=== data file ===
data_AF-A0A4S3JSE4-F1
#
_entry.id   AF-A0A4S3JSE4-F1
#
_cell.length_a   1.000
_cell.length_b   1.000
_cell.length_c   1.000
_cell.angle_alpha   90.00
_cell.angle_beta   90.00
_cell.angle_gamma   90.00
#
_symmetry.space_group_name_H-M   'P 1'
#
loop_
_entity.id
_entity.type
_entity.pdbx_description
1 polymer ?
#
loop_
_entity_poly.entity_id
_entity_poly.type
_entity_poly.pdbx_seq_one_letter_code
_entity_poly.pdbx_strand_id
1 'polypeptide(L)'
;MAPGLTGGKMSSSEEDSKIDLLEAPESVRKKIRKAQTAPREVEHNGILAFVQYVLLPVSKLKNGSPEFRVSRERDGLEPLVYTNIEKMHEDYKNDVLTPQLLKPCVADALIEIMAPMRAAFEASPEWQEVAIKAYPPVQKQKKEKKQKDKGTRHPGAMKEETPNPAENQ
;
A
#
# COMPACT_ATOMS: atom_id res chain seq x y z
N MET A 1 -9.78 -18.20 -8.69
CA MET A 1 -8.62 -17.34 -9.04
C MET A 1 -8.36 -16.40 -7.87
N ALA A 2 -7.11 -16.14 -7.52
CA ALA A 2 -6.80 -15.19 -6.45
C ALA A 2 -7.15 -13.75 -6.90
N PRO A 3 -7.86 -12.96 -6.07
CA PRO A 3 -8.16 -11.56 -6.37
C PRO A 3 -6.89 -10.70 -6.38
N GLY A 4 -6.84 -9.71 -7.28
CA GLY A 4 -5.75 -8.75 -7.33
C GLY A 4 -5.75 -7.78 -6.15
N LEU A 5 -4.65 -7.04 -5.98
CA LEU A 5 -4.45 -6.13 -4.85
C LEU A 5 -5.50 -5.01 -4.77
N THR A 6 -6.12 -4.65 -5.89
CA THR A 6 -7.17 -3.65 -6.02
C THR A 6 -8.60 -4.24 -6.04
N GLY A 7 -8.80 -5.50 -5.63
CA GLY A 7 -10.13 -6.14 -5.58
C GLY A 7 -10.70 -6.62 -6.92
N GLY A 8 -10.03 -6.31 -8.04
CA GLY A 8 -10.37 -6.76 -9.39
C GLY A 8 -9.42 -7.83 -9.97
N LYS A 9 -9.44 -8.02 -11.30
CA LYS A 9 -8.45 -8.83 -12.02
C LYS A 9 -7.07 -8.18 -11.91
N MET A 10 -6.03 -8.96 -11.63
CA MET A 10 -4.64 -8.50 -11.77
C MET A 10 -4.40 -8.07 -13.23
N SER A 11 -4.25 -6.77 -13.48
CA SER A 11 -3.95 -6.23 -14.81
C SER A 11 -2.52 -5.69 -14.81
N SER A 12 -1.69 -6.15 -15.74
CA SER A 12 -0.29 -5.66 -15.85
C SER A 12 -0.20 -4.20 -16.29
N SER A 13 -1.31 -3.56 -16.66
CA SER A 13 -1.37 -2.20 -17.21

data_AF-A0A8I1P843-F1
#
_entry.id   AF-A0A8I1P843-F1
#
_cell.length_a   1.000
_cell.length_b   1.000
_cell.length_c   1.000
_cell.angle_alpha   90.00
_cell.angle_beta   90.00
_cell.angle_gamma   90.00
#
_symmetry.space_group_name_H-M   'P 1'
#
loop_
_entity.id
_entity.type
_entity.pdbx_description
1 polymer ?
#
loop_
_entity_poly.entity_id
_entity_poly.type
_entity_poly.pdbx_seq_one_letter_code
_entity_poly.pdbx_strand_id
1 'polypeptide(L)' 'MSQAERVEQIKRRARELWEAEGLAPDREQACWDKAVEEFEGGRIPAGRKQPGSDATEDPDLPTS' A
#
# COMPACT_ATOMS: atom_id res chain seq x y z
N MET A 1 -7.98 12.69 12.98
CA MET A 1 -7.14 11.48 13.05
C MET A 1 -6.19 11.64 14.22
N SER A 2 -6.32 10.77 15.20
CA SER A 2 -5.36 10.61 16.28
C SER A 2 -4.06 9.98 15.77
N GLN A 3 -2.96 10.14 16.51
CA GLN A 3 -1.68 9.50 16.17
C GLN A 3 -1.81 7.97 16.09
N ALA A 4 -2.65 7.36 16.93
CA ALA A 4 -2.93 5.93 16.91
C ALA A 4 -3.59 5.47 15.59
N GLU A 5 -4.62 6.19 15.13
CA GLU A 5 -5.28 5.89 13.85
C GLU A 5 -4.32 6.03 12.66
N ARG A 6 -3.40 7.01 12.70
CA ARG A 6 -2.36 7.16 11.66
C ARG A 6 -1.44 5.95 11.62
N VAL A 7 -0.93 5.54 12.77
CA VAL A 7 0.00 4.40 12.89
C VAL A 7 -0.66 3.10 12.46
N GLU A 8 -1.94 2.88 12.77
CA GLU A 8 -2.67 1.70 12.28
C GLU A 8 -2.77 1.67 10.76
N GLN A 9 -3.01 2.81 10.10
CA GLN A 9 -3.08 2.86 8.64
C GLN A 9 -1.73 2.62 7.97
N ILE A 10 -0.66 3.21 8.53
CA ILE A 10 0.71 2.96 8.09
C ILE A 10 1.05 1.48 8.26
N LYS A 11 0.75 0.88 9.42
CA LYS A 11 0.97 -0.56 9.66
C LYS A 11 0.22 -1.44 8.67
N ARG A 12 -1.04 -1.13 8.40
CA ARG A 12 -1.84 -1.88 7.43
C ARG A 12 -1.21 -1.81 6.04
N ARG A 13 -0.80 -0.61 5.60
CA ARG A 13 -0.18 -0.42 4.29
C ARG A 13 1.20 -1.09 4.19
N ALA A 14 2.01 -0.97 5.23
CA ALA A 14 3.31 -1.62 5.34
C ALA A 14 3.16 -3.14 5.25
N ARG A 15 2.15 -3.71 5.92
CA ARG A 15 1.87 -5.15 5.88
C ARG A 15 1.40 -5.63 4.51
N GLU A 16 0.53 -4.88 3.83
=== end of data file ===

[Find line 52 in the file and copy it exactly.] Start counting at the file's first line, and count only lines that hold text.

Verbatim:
N GLY A 8 -10.03 -6.31 -8.04